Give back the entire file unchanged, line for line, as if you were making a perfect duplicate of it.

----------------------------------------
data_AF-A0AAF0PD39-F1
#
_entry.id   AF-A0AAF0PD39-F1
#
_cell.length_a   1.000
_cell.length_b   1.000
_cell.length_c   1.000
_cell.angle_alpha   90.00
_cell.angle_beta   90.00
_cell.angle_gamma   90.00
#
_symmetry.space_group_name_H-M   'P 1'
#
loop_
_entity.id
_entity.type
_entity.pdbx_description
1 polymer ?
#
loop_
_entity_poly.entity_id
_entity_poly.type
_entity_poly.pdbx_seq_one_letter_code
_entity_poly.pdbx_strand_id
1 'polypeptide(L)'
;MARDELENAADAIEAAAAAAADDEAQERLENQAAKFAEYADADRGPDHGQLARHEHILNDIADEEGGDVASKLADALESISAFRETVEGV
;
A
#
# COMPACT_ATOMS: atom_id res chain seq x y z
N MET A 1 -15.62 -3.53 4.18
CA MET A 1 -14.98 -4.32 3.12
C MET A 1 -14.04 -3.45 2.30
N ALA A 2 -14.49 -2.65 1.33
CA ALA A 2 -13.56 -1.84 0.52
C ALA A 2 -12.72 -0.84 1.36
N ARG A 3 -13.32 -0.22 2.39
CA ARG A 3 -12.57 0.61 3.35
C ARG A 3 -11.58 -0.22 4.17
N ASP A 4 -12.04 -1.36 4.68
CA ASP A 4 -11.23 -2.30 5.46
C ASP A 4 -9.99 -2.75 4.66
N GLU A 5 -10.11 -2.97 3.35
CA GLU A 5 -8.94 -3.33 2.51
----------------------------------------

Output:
data_AF-A0AAF0PD39-F1
#
_entry.id   AF-A0AAF0PD39-F1
#
_cell.length_a   1.000
_cell.length_b   1.000
_cell.length_c   1.000
_cell.angle_alpha   90.00
_cell.angle_beta   90.00
_cell.angle_gamma   90.00
#
_symmetry.space_group_name_H-M   'P 1'
#
loop_
_entity.id
_entity.type
_entity.pdbx_description
1 polymer ?
#
loop_
_entity_poly.entity_id
_entity_poly.type
_entity_poly.pdbx_seq_one_letter_code
_entity_poly.pdbx_strand_id
1 'polypeptide(L)'
;MARDELENAADAIEAAAAAAADDEAQERLENQAAKFAEYADADRGPDHGQLARHEHILNDIADEEGGDVASKLADALESISAFRETVEGV
;
A
#
# COMPACT_ATOMS: atom_id res chain seq x y z
N MET A 1 -15.62 -3.53 4.18
CA MET A 1 -14.98 -4.32 3.12
C MET A 1 -14.04 -3.45 2.30
N ALA A 2 -14.49 -2.65 1.33
CA ALA A 2 -13.56 -1.84 0.52
C ALA A 2 -12.72 -0.84 1.36
N ARG A 3 -13.32 -0.22 2.39
CA ARG A 3 -12.57 0.61 3.35
C ARG A 3 -11.58 -0.22 4.17
N ASP A 4 -12.04 -1.36 4.68
CA ASP A 4 -11.23 -2.30 5.46
C ASP A 4 -9.99 -2.75 4.66
N GLU A 5 -10.11 -2.97 3.35
CA GLU A 5 -8.94 -3.33 2.51